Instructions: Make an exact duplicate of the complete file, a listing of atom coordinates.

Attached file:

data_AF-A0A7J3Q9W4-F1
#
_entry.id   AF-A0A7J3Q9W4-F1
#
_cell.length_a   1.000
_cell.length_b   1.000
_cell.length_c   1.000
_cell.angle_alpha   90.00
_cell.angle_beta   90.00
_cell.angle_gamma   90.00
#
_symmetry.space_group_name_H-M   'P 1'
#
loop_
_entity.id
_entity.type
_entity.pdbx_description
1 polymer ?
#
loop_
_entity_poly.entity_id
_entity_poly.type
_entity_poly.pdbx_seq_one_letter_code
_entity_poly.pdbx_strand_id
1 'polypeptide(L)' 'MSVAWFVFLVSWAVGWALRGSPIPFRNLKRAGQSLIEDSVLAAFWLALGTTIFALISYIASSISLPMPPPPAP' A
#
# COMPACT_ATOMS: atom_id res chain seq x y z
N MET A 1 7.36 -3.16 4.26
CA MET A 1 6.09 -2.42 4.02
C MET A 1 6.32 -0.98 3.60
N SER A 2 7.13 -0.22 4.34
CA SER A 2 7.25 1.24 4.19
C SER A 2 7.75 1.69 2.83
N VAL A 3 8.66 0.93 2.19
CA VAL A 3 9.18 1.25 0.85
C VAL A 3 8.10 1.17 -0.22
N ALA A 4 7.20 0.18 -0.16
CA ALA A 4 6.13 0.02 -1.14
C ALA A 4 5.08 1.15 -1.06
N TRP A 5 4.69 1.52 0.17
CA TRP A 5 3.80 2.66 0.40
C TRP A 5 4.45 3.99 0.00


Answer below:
data_AF-A0A7J3Q9W4-F1
#
_entry.id   AF-A0A7J3Q9W4-F1
#
_cell.length_a   1.000
_cell.length_b   1.000
_cell.length_c   1.000
_cell.angle_alpha   90.00
_cell.angle_beta   90.00
_cell.angle_gamma   90.00
#
_symmetry.space_group_name_H-M   'P 1'
#
loop_
_entity.id
_entity.type
_entity.pdbx_description
1 polymer ?
#
loop_
_entity_poly.entity_id
_entity_poly.type
_entity_poly.pdbx_seq_one_letter_code
_entity_poly.pdbx_strand_id
1 'polypeptide(L)' 'MSVAWFVFLVSWAVGWALRGSPIPFRNLKRAGQSLIEDSVLAAFWLALGTTIFALISYIASSISLPMPPPPAP' A
#
# COMPACT_ATOMS: atom_id res chain seq x y z
N MET A 1 7.36 -3.16 4.26
CA MET A 1 6.09 -2.42 4.02
C MET A 1 6.32 -0.98 3.60
N SER A 2 7.13 -0.22 4.34
CA SER A 2 7.25 1.24 4.19
C SER A 2 7.75 1.69 2.83
N VAL A 3 8.66 0.93 2.19
CA VAL A 3 9.18 1.25 0.85
C VAL A 3 8.10 1.17 -0.22
N ALA A 4 7.20 0.18 -0.16
CA ALA A 4 6.13 0.02 -1.14
C ALA A 4 5.08 1.15 -1.06
N TRP A 5 4.69 1.52 0.17
CA TRP A 5 3.80 2.66 0.40
C TRP A 5 4.45 3.99 0.00